I daresay Raoul Dufy would be surprised if, raised from the grave, he could see Nice’s Promenade des Anglais today. Known for several artworks that feature Nice and the French Riviera, he painted ‘La Baie des Anges à Nice‘ in 1927; a sweeping view of a quiet, timeless seafront.
But landscapes change. Today, the French Riviera has around 11 million visitors a year – more than any other part of France (except Paris). Together with the permanent population, that’s a lot of people to fit into a narrow strip of land, caught as it is between mountains and sea. Dufy’s distant, green hills are now a patchwork of red roofs. Elegant, parasol-shaded figures strolling across Dufy’s canvases have been replaced by herds of joggers sweating it out in head-to-toe Decathlon lycra.
A photographer in painter’s boots
The contrast between the Côte d’Azur‘s recent past and present came alive for me a few weeks ago. I set out in the footsteps of celebrated 19th and 20th century artists to photograph some of the spots across the South of France where they had once worked at their canvases.
Putting masterpieces in the picture
My clients at ‘N’, Norwegian Air’s new in-flight magazine, were game to run a photo-based feature on the Painters Trail, a route marked by lecterns, from Menton to Cannes, that reproduce well-known works of art ‘in situ’.
Instead of creating photography to faithfully reproduce these landscapes, which were mostly entirely absent of people, I wanted to bring them alive. Placing myself in the original location of the painter’s easel, I waited to capture people moving through the scene, doing their thing, in their world. Each artwork was additionally placed within the photograph, to make the painting belong to the scene and its people, rather than vice-versa. This was done in post production, I hasten to add. I didn’t roam around the South of France with actual Impressionist masterpieces in the back of my car…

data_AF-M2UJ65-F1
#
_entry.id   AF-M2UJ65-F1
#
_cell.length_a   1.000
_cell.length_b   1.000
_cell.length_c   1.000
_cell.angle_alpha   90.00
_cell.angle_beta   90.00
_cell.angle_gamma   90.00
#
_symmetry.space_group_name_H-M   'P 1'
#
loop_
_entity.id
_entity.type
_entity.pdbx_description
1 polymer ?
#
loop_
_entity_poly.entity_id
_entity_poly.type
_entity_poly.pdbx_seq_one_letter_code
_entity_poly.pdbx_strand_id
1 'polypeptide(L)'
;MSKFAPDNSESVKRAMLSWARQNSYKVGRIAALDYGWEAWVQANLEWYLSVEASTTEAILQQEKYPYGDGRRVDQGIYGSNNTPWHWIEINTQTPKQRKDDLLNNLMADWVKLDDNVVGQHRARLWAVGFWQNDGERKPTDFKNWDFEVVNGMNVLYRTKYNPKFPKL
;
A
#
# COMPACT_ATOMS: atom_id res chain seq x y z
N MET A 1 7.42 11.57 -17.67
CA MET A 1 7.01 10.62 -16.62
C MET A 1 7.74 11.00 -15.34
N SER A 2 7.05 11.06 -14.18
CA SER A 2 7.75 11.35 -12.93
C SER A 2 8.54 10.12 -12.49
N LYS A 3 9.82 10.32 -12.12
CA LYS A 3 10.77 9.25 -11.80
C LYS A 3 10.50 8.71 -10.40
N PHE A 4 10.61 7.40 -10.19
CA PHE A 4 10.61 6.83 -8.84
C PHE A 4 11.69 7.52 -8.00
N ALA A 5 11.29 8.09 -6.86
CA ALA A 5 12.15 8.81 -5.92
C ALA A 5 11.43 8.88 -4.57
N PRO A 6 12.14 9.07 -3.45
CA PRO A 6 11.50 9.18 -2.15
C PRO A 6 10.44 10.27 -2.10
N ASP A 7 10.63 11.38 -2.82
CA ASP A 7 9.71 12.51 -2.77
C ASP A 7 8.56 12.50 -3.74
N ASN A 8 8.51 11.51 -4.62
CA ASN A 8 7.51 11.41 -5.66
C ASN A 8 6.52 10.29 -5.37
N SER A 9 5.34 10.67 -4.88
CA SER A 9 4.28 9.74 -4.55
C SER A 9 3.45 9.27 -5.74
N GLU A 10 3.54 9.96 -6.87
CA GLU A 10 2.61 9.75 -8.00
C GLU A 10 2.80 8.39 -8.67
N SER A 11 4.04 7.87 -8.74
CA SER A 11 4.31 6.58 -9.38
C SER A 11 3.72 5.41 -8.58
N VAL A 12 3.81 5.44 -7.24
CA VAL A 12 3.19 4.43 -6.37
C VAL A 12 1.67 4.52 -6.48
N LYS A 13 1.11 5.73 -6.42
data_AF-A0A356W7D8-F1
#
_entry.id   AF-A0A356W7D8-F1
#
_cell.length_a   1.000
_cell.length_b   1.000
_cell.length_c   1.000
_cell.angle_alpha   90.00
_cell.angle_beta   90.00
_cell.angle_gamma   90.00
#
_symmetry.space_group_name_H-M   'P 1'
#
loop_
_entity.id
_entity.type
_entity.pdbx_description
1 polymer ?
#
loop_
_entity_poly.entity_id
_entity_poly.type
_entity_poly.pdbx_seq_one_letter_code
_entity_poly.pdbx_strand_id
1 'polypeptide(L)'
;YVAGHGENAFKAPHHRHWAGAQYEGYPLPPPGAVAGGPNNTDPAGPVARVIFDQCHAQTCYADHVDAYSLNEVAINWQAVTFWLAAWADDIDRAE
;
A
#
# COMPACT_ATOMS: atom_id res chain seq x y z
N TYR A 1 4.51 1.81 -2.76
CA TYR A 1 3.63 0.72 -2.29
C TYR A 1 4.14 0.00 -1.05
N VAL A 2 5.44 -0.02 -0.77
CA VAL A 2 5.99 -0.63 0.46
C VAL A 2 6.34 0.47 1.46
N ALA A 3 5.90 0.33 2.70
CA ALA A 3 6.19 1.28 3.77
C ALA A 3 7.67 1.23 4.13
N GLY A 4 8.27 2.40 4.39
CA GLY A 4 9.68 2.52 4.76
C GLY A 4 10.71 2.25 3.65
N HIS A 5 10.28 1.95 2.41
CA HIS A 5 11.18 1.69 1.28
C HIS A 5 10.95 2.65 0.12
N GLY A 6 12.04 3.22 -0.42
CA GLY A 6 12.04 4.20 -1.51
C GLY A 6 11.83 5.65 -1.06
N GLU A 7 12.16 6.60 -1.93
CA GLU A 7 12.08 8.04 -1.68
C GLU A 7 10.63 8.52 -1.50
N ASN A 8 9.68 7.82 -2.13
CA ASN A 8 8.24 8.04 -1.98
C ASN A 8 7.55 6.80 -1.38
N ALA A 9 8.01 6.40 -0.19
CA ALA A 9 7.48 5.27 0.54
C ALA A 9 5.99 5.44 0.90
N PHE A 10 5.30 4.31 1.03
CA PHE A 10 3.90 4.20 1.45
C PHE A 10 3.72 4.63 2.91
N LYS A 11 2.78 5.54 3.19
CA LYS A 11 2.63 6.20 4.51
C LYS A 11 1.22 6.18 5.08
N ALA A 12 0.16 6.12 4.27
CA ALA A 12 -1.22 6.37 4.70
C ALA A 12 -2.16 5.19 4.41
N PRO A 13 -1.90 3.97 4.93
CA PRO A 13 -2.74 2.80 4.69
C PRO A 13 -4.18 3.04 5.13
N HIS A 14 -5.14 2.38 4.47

Winter light and deserted streets
Given that I came up with the idea, I can’t reasonably complain about the difficulties. Writing the copy was straightforward. However, I hadn’t envisaged shooting in winter, and the editorial decision to photograph the feature in mid-January posed some challenges.
Light, the raison d’etre of both photographer and artist, is, of course, not the same in winter as it is in summer. The low, winter sun never fully lights up the narrow streets of medieval villages in Provence; the contrast is harsh and days are short. Where my painters had clearly been inspired by the Côte d’Azur‘s beautiful summer light in their scenes (and most probably getting a glowing tan to boot), I was dressed up in countless woollies, sitting under lifeless trees, on the steps of shops shuttered up for winter, waiting for rare signs of life (winter road resurfacers and hardy all-season policiers on the look out for parking indiscretions didn’t count: ‘N’ is a travel magazine, after all).
A photographer armed with a large unwieldy easel does not pass un-noticed in quiet back streets. In one spot, the only living beings to move through my line of vision in a hour were a woman, who unfortunately attempted to crawl under my lens to avoid ruining the photo, and a cat. The editor, needless to say, chose the scene with the cat…